Sunday, April 27, 2014

Organizing Information

New York Public Library

Max Ray’s talk at NCSM was about a math lesson he taught twice. The first time things didn’t go as well as he’d hoped. Max had the opportunity to reflect with his collaborators afterward. Luckily, they were going to teach the same lesson again to another group of students the same day. They decided what they wanted to do differently based on the results from the first group.

Here is the excellent write-up of that lesson by Max. The second go at the lesson is one in which the teachers respond to students who need support by modeling an organizational strategy. They actively avoid giving students hints about how they might mathematize the problem situation they’ve been given. It is no surprise that Max has done a nice job organizing the student-teacher-student volley into tables in his article. The outcomes in the second lesson are superior.

The ability to organize information is an important skill. When I observe students engaging in math problem-solving, often their success hinges on if and how they organize their work. Organizing information is also the key to great writing, troubleshooting, designing websites and databases, waiting tables, using spreadsheets, teaching, talking, and many other things. Here is Rob Lamb’s Collaborative Infographics for Science Literacy site, which also relates.

If you are a teacher, test it. See how students respond if you honor their ideas and teach only organizational strategies.

Saturday, April 12, 2014

Latest and Greatest in a Nutshell

Dan Meyer
There are some very good things happening right now in the world of mathematics education. Being at the NCSM Conference gave me the opportunity to connect with many of the greatest minds in the field and hear about their current projects.

Here are my top picks for books to buy, courses to take, blogs to read...right NOW.

NCTM’s Principles to Actions: Ensuring Mathematical Success for All. The book Steve Leinwand keeps waving around. I read a draft in the fall. Educators need to start turning to this when figuring out how to do professional development, how to craft school goals, what to look for in classrooms. It’s radical.

Visible Learning by John Hattie. This book is being enthusiastically talked about by greats like Tim Kanold and Bob Laird. Subtitled “A Synthesis of Over 800 Meta-Analyses Relating to Achievement”, it’s the new go-to resource for knowing what truly works in education.

Tim Kanold. Check out his most recent post about math homework.
Max Ray. I went to an excellent workshop for teachers by Max and also saw his engaging Ignite talk. He’s with the Math Forum @ Drexel. There are problems, videos and more.
Dan Meyer. Prolific blogger, thinker. Recently published Great Modeling Tasks in Three Acts (for NCSM members only, except for one freebie).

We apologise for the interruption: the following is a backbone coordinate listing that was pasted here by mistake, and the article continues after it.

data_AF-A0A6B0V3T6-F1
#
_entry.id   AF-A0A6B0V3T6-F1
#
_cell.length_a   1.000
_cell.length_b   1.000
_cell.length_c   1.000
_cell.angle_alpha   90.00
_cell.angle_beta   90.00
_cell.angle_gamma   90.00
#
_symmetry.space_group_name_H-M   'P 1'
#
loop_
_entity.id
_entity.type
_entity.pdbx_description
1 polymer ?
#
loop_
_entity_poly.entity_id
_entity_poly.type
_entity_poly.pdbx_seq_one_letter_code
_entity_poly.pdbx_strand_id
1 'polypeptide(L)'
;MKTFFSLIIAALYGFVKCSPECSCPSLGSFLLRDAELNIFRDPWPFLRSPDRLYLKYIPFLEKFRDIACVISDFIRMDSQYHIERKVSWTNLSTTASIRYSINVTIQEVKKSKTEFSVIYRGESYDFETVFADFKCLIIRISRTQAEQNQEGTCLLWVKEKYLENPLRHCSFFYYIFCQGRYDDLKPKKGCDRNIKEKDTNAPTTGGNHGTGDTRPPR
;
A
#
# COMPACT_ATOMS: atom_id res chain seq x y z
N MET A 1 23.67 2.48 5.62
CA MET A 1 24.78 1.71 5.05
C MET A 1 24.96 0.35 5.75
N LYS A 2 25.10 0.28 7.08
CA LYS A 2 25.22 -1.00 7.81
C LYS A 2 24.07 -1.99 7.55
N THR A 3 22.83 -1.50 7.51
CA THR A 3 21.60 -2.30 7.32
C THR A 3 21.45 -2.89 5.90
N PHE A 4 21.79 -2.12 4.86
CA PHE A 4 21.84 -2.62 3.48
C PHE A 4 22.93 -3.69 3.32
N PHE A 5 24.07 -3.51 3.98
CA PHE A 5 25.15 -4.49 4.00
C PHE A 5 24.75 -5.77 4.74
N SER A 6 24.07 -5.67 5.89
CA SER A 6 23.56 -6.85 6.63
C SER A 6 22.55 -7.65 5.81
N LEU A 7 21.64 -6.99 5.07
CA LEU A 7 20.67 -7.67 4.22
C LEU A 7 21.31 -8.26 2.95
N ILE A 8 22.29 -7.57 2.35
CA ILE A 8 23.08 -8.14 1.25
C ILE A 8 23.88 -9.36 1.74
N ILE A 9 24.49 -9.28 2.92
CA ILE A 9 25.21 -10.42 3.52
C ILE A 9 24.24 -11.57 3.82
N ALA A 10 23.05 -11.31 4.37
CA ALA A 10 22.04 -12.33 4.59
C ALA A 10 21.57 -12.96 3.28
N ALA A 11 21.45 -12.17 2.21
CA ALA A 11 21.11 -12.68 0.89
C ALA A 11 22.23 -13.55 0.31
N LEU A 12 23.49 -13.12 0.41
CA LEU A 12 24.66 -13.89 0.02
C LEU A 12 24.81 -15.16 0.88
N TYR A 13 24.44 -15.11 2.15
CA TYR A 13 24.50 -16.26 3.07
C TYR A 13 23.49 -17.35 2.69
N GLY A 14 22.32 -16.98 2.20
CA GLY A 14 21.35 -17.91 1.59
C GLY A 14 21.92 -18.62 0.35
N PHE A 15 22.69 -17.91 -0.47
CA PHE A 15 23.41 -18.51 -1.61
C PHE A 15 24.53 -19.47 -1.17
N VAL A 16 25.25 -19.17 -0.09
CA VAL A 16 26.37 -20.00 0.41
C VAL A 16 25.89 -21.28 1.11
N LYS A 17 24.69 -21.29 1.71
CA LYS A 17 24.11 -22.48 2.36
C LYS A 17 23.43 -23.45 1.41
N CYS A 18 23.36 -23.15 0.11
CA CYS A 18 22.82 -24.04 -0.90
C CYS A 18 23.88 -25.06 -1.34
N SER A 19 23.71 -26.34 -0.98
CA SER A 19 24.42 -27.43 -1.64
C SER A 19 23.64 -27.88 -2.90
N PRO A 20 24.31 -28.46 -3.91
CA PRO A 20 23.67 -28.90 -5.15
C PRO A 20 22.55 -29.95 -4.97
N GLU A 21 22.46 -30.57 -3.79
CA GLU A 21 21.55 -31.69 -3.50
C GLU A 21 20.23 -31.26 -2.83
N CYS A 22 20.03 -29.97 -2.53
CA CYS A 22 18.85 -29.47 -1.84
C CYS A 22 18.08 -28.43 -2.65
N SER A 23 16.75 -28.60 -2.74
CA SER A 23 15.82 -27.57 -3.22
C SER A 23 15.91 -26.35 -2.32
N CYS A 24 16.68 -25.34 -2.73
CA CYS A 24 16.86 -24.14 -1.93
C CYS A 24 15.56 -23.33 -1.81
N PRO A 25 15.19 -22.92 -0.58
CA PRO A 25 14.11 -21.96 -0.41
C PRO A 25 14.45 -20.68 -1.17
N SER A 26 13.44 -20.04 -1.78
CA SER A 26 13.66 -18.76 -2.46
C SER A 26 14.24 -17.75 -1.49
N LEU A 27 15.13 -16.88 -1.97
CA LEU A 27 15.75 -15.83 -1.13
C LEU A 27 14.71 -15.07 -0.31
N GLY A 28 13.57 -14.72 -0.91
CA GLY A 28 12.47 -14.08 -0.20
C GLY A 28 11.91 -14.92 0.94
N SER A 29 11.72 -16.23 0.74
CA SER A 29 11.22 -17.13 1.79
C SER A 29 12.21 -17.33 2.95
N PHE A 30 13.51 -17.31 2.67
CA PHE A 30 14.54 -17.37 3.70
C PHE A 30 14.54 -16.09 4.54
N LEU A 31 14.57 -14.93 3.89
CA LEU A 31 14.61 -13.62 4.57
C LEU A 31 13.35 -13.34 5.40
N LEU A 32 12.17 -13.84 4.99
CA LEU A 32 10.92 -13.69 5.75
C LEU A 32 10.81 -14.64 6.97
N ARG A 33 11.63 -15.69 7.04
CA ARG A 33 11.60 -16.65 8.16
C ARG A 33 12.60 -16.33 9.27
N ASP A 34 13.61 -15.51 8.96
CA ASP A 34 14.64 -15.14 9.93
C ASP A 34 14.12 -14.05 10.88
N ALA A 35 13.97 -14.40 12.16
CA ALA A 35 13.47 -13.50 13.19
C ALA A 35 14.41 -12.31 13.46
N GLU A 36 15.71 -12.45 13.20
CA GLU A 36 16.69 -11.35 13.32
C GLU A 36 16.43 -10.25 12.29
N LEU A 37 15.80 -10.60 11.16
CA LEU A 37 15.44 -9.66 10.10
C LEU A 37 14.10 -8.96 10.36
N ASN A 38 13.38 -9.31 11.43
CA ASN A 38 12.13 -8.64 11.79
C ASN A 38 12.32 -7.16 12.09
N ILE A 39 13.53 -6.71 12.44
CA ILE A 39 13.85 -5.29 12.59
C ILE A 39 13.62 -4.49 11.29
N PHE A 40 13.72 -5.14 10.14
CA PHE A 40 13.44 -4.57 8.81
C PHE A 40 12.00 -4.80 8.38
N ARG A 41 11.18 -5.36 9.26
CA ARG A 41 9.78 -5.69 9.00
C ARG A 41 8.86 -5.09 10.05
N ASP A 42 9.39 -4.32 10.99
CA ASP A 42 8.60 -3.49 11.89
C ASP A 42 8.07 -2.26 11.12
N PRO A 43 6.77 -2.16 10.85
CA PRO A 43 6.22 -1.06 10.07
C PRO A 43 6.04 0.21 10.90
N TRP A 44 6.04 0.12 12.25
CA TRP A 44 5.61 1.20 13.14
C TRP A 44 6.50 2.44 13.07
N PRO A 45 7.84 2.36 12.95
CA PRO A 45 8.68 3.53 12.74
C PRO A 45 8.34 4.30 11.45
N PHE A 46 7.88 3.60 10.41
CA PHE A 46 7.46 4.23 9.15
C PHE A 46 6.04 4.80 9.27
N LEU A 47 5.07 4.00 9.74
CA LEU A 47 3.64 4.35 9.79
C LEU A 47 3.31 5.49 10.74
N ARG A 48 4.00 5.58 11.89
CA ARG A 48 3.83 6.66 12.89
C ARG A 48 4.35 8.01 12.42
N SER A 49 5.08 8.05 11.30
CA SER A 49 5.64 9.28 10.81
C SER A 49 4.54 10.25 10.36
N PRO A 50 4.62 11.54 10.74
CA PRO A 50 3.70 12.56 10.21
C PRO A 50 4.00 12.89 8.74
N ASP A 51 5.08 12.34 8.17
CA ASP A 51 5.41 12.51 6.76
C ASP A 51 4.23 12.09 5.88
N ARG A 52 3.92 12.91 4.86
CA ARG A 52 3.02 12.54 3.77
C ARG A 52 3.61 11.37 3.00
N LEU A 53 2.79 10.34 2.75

Annie Fetter. At Math Forum with Max. Great Ignite talk about her artist mother and the math she used.
YouCubed. Not a blog but go there and sign up for updates. Watch some of the videos.

There are two online Stanford courses taught by Jo Boaler that are a must-do. Last summer, I took How to Learn Math for Parents and Teachers. It was fabulous. It was free then, now it costs $125. Worth it.

This year, Jo Boaler has added a brand new course called How to Learn Math for Students. It’s free. I haven’t taken it yet but I recommend trying it with a young person you know. It sounds like it is appropriate for children ages 10-18, but for children younger than 13, a parent or teacher should register and share the material with the child. Go to the site and register. It begins in May.

People to Follow on Twitter

Who I missed
Uri Treisman. But here’s the audio of his talk.

Tuesday, April 8, 2014

NOLA Greats

There is a treasure trove of greatness at NCSM New Orleans. See below for conference tweets that will link you to wonderful minds and resources.
Choose a problem and anticipate student responses. T/F: 80/4=(80/2)+(80/2). Kazemi & Hintz

Rethink homework! Purpose is not to give a child a grade, ever. What's your homework protocol? @tkanold

Go beyond checking for understanding. Students must get feedback, take action. @tkanold

Working on our practice. Teach the same lesson twice with collaborative reflection in between. Nice! @maxmathforum

Number sense is acquired; you don't teach it, you nurture its development. @SkipFennell

Set it up so kids are asking the next question of the teacher, using the lang. of our discipline. @jgough

Stop making excuses. Implement what we know works. @steve_leinwand
We say all students can learn, now we need to act that way. Cathy Seeley (via @Maryvfitz)